Iraq to ask for exemptions on some Iran sanctions: report

Iraq to ask for exemptions on some Iran sanctions: report
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Iraq is planning to ask for exemptions to ignore U.S. sanctions on its neighbor Iran, which it is closely tied to economically, Reuters reported.

The U.S. has reimposed sanctions on Tehran after leaving the Iran nuclear deal, which had rolled back sanctions against Iran in exchange for a reduction in the country's nuclear program.

President TrumpDonald John TrumpHouse Republican threatens to push for Rosenstein impeachment unless he testifies Judge suggests Trump’s tweet about Stormy Daniels was ‘hyperbole’ not defamation Rosenstein faces Trump showdown MORE has warned other countries against doing business with Iran. 

Those warnings place Iraq in a difficult position as its economy is deeply connected to Iran's. Iraq imports food, agricultural products, home appliances and more from Iran, totaling 15 percent of Iraq's total imports in 2017, Reuters reported. 

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There are also energy contracts between the two countries contributing to $12 billion in trade between the countries last year.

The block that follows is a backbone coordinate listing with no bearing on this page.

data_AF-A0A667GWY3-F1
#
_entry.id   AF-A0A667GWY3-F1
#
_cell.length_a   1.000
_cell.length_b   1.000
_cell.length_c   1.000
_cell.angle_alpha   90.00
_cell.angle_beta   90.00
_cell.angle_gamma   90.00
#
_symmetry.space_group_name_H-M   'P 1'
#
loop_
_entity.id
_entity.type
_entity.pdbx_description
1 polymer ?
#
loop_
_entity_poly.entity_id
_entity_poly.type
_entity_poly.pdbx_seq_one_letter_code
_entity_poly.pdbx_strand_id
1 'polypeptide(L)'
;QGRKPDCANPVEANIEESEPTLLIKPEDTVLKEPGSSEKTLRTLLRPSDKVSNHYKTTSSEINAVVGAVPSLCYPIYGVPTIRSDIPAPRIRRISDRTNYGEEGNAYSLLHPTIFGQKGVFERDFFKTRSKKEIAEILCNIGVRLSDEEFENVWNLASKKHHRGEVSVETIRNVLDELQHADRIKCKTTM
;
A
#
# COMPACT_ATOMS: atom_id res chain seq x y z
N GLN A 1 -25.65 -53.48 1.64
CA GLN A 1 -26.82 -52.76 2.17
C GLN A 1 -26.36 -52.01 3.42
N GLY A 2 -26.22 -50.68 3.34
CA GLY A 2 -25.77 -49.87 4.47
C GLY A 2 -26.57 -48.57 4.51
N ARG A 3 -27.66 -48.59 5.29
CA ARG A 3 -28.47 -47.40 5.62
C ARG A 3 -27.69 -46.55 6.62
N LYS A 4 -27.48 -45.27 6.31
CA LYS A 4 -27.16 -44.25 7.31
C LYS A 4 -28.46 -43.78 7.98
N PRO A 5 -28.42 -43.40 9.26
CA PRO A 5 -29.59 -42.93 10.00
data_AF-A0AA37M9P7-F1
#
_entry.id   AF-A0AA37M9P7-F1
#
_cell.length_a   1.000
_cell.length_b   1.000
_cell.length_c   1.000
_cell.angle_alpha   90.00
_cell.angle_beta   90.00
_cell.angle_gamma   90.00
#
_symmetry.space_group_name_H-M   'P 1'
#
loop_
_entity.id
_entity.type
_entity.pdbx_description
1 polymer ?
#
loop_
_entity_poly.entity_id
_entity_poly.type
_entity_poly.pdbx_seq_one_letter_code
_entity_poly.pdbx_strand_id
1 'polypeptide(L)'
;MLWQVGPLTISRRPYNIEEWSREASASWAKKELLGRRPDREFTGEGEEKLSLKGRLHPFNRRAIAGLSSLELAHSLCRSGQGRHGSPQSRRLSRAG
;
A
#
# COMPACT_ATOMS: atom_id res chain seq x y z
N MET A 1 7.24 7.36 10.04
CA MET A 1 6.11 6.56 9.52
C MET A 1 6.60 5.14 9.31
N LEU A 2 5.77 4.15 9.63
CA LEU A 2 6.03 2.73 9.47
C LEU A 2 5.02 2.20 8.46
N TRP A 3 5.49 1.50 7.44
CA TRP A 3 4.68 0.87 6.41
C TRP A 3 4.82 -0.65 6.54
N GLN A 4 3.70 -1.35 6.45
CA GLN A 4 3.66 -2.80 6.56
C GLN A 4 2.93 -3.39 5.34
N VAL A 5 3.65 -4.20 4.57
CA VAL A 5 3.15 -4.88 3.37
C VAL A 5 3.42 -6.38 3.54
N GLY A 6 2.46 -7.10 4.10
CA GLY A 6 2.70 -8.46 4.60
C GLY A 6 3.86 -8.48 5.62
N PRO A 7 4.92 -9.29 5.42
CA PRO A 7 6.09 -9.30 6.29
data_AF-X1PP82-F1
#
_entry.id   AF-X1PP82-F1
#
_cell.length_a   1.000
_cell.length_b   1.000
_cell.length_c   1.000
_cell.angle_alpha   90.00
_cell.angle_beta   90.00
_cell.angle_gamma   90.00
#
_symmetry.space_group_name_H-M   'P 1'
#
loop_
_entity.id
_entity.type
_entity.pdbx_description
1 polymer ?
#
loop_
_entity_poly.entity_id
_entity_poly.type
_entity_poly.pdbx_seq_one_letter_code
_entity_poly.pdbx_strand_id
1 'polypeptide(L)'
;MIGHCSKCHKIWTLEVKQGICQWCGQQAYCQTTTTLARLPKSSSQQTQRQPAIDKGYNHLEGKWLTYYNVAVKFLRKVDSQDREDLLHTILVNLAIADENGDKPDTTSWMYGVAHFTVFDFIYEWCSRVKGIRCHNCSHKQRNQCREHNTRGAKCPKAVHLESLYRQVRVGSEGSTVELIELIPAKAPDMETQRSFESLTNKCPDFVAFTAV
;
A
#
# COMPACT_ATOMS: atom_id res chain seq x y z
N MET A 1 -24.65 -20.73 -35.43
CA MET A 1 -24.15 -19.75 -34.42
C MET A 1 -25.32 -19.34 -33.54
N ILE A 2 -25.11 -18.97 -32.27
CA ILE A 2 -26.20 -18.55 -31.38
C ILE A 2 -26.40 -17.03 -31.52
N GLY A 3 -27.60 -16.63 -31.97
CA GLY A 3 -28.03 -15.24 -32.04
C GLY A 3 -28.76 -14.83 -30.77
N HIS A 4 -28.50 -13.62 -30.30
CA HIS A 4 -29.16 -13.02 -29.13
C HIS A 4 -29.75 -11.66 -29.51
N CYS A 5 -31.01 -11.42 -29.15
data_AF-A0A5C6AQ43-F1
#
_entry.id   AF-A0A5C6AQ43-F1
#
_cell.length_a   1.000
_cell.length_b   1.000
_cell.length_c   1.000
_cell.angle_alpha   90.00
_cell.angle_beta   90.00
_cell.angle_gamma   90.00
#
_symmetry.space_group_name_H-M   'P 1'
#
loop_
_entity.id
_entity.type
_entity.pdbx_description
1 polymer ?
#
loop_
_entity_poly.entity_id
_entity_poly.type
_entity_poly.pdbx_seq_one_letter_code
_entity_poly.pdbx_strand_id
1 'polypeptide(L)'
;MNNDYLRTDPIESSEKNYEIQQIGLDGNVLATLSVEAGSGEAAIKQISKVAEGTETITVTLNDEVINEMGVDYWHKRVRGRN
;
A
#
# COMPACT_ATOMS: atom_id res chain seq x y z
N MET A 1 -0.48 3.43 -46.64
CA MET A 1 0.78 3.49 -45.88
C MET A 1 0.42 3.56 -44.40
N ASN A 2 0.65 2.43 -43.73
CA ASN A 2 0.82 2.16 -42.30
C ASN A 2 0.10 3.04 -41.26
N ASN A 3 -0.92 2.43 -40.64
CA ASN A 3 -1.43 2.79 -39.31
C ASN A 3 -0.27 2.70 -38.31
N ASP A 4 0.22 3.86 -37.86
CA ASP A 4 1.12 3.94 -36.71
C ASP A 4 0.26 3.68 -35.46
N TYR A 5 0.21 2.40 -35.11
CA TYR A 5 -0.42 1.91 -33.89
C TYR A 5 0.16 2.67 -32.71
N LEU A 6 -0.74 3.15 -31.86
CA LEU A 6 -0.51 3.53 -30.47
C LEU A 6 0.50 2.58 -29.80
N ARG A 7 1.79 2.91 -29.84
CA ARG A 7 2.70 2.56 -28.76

“The government plans to ask Washington for a waiver," a central bank official told Reuters. "It’s going to happen soon." 

An Iraqi delegation is planning to visit Washington, D.C., to ask for permission to ignore some U.S. sanctions against Iran, Reuters reported. 

A U.S. State Department official told Reuters said the U.S. is open to conversations with Iraq but will give the "same message" that it has given "all countries around the world."

“We have given the same message to all countries around the world that the President has said, the United States is fully committed to enforcing all of our sanctions,” the official told Reuters. “Iraq is a friend and important partner of the U.S and we are we are committed to ensuring Iraqi stability and prosperity.”

The first round of sanctions, which went into effect earlier this month, target Iran's gold and metal trade, its automotive industry and its purchase of U.S. dollars. More sanctions are scheduled to go into effect in November.